but fortunately the nation hasn't
Our two-week road trip touching five states in southern Appalachia confirmed to us a confused and troubled nation.
We found people who are living in the past because they haven’t adapted to change, or grown beyond cultural prejudices, hatred and fear. Others we met re-enact the past – the parts that are heroic and demonstrate the great strengths on which this nation was built.
There are folks who embrace dialogue, others who hear only the voices they agree with.
And there are clearly folks who are facing harder times.
The American economy is so bad that even shepherd Steve Riddle is facing a layoff.
A shepherd. That’s right – the guy to whom “crook” takes on a whole new meaning is a victim of downsizing.
Riddle, 44, from Worden, Illinois, was running some sheep with his talented sheepdogs for a re-enactment of the pioneer era held at Cumberland Gap National Historical Park in Kentucky. A little toot on Riddle’s cow-horn whistle, and his 9-year-old pooch partner Rerun was on the move turning the sheep toward a log pen.
An Illinois state employee for 19 years, and just a year before he might have been eligible for an early pension, Riddle said he’s been given notice that his job at Cahokia Mounds Historical Park is being eliminated at the end of November.
Except for anything related to Abraham Lincoln -- whose bicentennial is being celebrated in 2009 – the State of Illinois is cutting back on its parks and recreation staff to save money, lamented Riddle, who sadly doesn’t bear the slightest resemblance to the nation’s 16th president but makes a fantastic late 18th Century shepherd.
Riddle and his wife, who does spinning, have a small farm and three children, ages 21, 16 and 14, so he’ll be looking for work. Judging by his demonstrations at Cumberland Gap, he’s great with animals and kids, so give him a call.
The shepherd was among dozens of people we met across a road trip of nearly 2,000 miles. Stories about some of them made it into my two weeks of daily blogging, while those of others – like Steve Riddle – did not. So he and his picture, taken by Bonnie, lead the road trip wrap-up report as I turn through the pages of a couple of filled notebooks.
There were plenty of memorable words spoken by folks we talked with, some of which we recounted in earlier blog postings. Here’s a mix:
“You know the difference between a violin and a fiddle? A violin has strings; a fiddle has strangs.”
– Michael Delp of Elk Creek, Va., playing his fiddle at Cumberland Gap National Historical Park.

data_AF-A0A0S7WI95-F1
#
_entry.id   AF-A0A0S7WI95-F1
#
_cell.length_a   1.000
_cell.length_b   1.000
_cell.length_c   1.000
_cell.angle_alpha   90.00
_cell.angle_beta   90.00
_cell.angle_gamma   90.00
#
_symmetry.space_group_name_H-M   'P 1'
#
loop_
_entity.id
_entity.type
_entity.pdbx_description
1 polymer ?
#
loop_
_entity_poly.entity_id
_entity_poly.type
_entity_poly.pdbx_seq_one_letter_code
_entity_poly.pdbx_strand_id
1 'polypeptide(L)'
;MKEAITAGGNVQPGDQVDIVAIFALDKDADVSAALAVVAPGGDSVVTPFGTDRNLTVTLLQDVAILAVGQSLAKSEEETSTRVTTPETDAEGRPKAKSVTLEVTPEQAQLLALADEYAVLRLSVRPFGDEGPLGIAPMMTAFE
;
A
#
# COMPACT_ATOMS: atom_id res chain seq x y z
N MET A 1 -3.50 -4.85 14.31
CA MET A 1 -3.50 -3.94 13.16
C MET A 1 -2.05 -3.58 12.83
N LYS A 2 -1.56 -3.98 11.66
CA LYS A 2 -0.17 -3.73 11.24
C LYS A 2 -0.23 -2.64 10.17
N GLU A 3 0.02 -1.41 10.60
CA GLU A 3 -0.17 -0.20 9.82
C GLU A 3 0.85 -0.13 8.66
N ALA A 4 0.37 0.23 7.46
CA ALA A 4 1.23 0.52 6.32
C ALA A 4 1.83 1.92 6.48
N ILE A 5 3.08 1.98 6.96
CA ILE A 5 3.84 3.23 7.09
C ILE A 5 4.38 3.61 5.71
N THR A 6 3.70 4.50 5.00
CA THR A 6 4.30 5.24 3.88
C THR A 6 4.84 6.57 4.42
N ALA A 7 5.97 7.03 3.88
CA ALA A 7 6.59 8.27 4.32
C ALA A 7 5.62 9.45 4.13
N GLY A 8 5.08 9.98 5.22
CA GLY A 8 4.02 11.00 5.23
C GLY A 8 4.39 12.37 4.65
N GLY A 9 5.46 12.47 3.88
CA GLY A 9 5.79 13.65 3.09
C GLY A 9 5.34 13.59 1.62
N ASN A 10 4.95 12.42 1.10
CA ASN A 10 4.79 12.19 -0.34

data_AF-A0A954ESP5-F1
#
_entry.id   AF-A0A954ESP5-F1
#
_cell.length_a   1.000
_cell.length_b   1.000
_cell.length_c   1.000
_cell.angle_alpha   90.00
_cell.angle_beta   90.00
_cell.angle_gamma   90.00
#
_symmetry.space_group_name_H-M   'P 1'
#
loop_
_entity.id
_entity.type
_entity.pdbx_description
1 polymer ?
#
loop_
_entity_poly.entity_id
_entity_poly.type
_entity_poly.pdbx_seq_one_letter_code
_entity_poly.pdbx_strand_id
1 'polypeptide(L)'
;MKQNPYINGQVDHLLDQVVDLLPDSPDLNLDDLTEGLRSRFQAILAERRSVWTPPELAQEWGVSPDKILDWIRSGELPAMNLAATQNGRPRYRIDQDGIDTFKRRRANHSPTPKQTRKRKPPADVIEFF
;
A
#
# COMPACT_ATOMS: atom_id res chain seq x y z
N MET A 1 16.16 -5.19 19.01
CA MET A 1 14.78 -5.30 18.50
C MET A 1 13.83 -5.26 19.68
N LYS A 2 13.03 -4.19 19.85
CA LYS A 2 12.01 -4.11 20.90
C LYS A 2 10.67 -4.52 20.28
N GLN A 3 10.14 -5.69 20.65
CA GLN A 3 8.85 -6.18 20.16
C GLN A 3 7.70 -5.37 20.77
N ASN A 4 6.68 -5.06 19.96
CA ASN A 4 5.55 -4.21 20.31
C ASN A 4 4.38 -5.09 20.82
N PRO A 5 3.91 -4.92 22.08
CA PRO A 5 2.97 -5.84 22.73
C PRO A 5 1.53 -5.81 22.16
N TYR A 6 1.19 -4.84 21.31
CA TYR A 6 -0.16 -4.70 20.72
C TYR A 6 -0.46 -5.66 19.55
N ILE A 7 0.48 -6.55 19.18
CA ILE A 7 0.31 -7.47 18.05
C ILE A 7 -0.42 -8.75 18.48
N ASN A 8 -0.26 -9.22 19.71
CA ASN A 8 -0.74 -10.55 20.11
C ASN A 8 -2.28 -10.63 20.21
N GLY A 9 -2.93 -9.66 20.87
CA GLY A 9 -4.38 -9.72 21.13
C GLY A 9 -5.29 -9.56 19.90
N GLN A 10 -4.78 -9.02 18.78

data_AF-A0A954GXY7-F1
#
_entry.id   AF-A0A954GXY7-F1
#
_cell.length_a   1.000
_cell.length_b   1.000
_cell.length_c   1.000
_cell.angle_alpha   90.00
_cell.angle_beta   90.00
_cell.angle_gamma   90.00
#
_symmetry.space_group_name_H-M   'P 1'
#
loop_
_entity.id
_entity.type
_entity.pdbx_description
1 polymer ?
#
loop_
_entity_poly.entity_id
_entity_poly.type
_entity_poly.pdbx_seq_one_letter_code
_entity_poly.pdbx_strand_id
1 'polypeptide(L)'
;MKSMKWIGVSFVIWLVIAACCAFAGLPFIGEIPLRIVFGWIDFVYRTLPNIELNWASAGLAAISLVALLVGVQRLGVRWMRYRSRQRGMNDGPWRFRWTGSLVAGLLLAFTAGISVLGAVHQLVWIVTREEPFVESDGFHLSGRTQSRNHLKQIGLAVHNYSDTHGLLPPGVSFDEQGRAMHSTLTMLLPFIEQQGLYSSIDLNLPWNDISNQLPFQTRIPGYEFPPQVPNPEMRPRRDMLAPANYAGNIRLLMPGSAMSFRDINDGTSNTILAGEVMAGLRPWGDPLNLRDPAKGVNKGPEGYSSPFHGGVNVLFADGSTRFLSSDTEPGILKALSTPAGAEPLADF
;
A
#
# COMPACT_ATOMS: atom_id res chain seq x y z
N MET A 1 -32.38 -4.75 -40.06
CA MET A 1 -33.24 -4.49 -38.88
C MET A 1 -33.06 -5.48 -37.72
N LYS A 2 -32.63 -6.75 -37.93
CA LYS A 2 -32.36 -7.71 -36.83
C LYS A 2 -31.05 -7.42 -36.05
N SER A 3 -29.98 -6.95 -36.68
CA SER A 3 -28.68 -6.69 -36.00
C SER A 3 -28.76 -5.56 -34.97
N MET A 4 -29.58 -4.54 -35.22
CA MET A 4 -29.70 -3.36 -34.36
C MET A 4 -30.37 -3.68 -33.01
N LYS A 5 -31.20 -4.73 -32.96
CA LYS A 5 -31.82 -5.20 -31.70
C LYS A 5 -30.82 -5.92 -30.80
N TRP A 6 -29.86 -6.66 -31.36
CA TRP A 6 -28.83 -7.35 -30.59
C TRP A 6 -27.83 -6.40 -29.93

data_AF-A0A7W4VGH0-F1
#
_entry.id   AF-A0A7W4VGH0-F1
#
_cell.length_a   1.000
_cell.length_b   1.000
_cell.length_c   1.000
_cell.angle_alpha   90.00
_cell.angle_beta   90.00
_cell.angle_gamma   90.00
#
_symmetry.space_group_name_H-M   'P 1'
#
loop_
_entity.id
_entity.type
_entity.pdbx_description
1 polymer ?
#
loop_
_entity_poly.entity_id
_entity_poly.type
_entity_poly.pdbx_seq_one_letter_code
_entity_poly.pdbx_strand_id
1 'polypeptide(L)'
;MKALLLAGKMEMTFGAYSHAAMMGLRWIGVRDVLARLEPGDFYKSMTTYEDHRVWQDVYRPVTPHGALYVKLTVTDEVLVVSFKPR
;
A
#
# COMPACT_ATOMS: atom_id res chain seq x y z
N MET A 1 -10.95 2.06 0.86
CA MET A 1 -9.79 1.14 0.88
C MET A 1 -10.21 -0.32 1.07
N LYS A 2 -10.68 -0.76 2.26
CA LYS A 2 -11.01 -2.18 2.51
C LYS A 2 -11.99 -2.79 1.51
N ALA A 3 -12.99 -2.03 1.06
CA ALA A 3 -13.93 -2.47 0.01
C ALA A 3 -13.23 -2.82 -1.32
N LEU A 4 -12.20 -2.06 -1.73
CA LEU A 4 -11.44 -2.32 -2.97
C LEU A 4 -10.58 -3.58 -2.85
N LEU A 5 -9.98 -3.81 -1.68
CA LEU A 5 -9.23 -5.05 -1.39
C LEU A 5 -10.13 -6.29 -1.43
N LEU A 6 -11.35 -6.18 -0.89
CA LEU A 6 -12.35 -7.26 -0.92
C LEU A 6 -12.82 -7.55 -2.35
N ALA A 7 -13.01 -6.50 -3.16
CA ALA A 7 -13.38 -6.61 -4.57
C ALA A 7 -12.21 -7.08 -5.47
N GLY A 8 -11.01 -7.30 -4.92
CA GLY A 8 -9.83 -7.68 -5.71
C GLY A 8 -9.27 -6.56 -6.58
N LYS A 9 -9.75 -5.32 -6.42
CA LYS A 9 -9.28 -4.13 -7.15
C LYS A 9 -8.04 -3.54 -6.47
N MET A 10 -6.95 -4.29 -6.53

“If I breathe my last breath right now, I will be happy that I shared their story with you.”
– Kitty Wilson Evans, 69-year-old slave re-enactor and retired elementary school teacher who is the oldest of 14 living children in her family, telling an entirely white audience at Cumberland Gap of the hard lives endured by her ancestors who also were among the nation’s pioneers and how they dealt with adversity. No family’s story should ever be lost, she said, imploring the people around her to talk with parents and grandparents about their lives and experiences. “Know where you came from so you know how far you’ve come.”
“Right now, we are at least civil in our hated. We at least talk to each other.”
– “Deacon” Jones, a retired deputy police chief who portrayed a freed slave at the re-enactment and was expressing fear at the thin veneer separating racial harmony from violence in today’s America. It is a fear that tempers his joy at the possibility of Barack Obama becoming president.
“I just hope that this will be a healing process for the United States.”
– Richard Allison, white 72-year-old educator, sexologist and Florida-North Carolina Democrat, on the prospect of an African American president. He was out promoting the candidacies of several local Republicans in Bryson City, N.C. – clearly an involved citizen with friends on both sides of the aisle.
“Do you believe in Jesus Christ?”
– Breakfast hostess at a West Virginia motel, looking at my Annapolis Unitarian Universalist Church sweatshirt and trying to ascertain what it meant. My answer: “As the son of God, not really – but if there is a God, aren’t we all God’s children?” Her response: “You don’t believe in God?”
“I don’t know if Jesus could straighten this mess out.”
– Barry Strong, a 61-year-old retired juvenile prison educator, on the presidential debates.
Gasoline price conspiracy fails?
As we drove through Appalachia, we watched gasoline prices steadily decline. Our first fill-up, on the road in southwestern Virginia, cost $2.99.9 a gallon (you’d think we could dispense with that nine-tenths of a cent and just round it off!). Our last, on road back through middle-western Virginia, was $2.32.9.
A week before the Nov. 4 election, the price of gasoline had vanished as an issue – almost as if it were planned that way, to help the Republican cause.
Unfortunately for the John McCain cause, the economy plunged right along with it.
Say it ain't so, Joe
And after two weeks in the hinterlands, Joe the Plumber is still being invoked. Except he’s become Joe the Political Scientist, saying Barack Obama’s plans “sound like Socialism to me.”
But remember – he’s not even Joe the Plumber. He’s Joe the Plumber’s Helper. And his kind of thinking is taking people right down the political toilet.
Coming attractions: A visit to Great Falls of the Potomac, and comments from Real Muck readers.